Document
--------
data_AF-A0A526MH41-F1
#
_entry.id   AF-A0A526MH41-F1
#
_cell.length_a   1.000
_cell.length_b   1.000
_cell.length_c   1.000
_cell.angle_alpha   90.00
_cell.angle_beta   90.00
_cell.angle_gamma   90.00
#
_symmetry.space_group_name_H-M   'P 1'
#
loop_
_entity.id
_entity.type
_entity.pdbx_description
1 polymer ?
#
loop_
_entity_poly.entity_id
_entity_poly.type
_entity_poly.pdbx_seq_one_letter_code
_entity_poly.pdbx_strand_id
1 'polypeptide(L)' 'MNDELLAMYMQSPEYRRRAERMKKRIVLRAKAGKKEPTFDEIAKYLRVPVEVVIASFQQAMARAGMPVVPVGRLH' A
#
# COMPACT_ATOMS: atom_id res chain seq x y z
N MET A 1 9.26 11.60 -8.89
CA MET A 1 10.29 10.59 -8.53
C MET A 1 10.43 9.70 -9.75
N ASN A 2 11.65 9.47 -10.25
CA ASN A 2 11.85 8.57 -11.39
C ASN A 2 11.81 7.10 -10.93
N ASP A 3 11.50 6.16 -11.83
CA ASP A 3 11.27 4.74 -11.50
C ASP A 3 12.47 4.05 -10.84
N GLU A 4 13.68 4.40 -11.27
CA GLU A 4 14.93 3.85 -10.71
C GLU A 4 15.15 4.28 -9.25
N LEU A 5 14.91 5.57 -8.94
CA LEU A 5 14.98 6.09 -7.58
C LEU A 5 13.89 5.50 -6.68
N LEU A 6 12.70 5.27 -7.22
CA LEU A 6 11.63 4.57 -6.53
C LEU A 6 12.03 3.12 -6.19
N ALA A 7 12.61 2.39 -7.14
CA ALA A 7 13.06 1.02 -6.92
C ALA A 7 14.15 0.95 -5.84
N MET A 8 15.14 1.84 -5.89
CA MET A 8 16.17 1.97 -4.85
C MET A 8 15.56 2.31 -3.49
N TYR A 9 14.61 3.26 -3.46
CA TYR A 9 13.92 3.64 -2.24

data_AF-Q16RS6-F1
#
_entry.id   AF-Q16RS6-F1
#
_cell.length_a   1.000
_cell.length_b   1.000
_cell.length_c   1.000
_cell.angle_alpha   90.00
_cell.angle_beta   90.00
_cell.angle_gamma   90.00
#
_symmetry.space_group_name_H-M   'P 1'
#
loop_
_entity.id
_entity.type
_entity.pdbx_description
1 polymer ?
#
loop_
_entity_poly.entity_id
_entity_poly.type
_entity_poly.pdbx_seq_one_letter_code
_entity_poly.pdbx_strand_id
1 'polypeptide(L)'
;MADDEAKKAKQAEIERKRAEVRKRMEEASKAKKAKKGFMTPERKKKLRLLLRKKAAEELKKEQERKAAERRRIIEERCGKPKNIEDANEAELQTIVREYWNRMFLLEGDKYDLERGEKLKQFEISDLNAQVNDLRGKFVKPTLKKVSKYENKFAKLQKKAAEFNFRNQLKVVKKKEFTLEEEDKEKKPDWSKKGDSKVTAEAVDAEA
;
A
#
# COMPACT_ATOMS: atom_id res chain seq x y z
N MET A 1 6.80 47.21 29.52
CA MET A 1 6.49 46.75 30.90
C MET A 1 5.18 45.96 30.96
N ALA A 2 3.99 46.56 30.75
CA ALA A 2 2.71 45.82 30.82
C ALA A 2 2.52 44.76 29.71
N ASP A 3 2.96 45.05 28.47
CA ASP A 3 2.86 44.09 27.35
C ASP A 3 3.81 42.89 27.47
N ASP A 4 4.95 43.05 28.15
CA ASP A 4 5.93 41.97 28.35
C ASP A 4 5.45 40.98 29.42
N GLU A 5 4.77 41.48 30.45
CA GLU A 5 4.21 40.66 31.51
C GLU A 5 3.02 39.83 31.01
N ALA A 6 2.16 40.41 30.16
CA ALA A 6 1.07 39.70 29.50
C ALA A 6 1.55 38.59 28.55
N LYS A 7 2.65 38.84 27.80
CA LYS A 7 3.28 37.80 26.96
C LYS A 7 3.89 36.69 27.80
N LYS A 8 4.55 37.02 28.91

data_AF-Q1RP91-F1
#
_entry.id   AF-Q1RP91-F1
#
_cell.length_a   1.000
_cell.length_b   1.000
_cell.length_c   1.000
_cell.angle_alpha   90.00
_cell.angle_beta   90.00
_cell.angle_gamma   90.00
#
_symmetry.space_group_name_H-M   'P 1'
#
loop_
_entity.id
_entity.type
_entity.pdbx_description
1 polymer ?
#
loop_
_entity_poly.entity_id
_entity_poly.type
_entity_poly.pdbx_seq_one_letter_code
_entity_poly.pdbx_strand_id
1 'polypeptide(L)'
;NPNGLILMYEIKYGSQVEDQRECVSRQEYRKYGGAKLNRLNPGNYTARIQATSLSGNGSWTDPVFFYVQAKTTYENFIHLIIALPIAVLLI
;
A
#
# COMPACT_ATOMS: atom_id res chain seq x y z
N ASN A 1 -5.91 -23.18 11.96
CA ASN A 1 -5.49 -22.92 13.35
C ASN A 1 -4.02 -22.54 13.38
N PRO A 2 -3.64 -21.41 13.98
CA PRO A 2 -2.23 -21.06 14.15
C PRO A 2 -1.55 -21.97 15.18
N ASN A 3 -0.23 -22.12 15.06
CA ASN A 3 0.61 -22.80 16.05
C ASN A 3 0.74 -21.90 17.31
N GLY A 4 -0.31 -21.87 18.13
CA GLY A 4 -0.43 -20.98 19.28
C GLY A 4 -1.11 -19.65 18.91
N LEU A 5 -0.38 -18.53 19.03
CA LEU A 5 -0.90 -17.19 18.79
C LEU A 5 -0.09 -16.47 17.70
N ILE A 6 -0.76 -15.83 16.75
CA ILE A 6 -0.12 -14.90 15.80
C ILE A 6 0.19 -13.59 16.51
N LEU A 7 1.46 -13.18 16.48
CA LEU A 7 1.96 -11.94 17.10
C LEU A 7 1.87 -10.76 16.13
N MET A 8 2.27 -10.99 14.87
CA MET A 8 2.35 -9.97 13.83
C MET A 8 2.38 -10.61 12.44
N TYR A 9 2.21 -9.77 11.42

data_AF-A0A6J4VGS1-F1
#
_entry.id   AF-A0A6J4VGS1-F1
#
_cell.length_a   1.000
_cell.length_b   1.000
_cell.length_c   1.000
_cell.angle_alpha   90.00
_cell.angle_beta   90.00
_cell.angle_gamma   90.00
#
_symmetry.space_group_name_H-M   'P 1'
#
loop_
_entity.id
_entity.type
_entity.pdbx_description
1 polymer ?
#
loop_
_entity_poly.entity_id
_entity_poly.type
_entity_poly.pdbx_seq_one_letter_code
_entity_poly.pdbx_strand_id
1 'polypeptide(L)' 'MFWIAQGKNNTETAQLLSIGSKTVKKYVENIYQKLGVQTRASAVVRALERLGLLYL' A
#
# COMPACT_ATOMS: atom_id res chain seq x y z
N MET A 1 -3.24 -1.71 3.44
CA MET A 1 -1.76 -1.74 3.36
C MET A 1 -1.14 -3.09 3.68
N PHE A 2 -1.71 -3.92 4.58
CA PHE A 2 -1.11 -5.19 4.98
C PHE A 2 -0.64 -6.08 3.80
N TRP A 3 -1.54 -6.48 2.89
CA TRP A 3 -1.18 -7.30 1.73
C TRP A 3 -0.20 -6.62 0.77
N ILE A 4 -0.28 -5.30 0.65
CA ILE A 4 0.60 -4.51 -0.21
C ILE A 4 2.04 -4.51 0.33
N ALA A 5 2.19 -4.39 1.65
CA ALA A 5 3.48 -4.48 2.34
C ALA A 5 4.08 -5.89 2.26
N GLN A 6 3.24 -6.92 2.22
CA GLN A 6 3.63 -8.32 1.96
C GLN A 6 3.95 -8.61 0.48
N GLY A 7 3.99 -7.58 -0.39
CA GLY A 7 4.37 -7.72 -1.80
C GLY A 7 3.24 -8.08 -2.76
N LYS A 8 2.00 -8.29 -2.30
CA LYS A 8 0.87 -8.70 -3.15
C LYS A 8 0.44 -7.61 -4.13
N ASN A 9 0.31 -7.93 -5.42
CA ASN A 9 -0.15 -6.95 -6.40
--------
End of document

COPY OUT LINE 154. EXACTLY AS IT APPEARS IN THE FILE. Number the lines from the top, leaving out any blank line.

N LEU A 7 1.46 -13.18 16.48